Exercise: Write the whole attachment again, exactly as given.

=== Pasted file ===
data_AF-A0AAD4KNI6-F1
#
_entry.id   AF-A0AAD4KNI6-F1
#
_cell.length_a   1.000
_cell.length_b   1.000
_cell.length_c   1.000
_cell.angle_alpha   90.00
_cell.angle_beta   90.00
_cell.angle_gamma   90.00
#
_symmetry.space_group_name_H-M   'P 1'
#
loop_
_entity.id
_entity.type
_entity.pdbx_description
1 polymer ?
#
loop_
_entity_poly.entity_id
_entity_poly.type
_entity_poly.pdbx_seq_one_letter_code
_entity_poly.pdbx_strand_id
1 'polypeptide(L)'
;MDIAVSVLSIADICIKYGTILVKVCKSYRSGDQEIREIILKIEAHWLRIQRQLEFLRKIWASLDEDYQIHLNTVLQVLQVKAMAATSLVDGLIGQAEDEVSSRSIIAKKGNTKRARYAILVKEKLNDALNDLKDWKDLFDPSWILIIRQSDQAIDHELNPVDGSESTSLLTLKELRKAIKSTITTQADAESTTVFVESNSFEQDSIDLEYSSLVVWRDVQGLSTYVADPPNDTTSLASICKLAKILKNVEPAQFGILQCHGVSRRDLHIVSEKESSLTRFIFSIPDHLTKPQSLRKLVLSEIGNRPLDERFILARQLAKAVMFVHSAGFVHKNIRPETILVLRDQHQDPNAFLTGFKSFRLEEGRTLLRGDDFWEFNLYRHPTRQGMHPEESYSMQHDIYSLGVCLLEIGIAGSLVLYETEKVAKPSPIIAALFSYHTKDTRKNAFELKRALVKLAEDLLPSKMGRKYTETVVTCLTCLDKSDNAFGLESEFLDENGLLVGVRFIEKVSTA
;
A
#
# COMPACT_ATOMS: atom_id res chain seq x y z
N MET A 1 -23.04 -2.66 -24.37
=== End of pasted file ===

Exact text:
data_AF-A0AAD4KNI6-F1
#
_entry.id   AF-A0AAD4KNI6-F1
#
_cell.length_a   1.000
_cell.length_b   1.000
_cell.length_c   1.000
_cell.angle_alpha   90.00
_cell.angle_beta   90.00
_cell.angle_gamma   90.00
#
_symmetry.space_group_name_H-M   'P 1'
#
loop_
_entity.id
_entity.type
_entity.pdbx_description
1 polymer ?
#
loop_
_entity_poly.entity_id
_entity_poly.type
_entity_poly.pdbx_seq_one_letter_code
_entity_poly.pdbx_strand_id
1 'polypeptide(L)'
;MDIAVSVLSIADICIKYGTILVKVCKSYRSGDQEIREIILKIEAHWLRIQRQLEFLRKIWASLDEDYQIHLNTVLQVLQVKAMAATSLVDGLIGQAEDEVSSRSIIAKKGNTKRARYAILVKEKLNDALNDLKDWKDLFDPSWILIIRQSDQAIDHELNPVDGSESTSLLTLKELRKAIKSTITTQADAESTTVFVESNSFEQDSIDLEYSSLVVWRDVQGLSTYVADPPNDTTSLASICKLAKILKNVEPAQFGILQCHGVSRRDLHIVSEKESSLTRFIFSIPDHLTKPQSLRKLVLSEIGNRPLDERFILARQLAKAVMFVHSAGFVHKNIRPETILVLRDQHQDPNAFLTGFKSFRLEEGRTLLRGDDFWEFNLYRHPTRQGMHPEESYSMQHDIYSLGVCLLEIGIAGSLVLYETEKVAKPSPIIAALFSYHTKDTRKNAFELKRALVKLAEDLLPSKMGRKYTETVVTCLTCLDKSDNAFGLESEFLDENGLLVGVRFIEKVSTA
;
A
#
# COMPACT_ATOMS: atom_id res chain seq x y z
N MET A 1 -23.04 -2.66 -24.37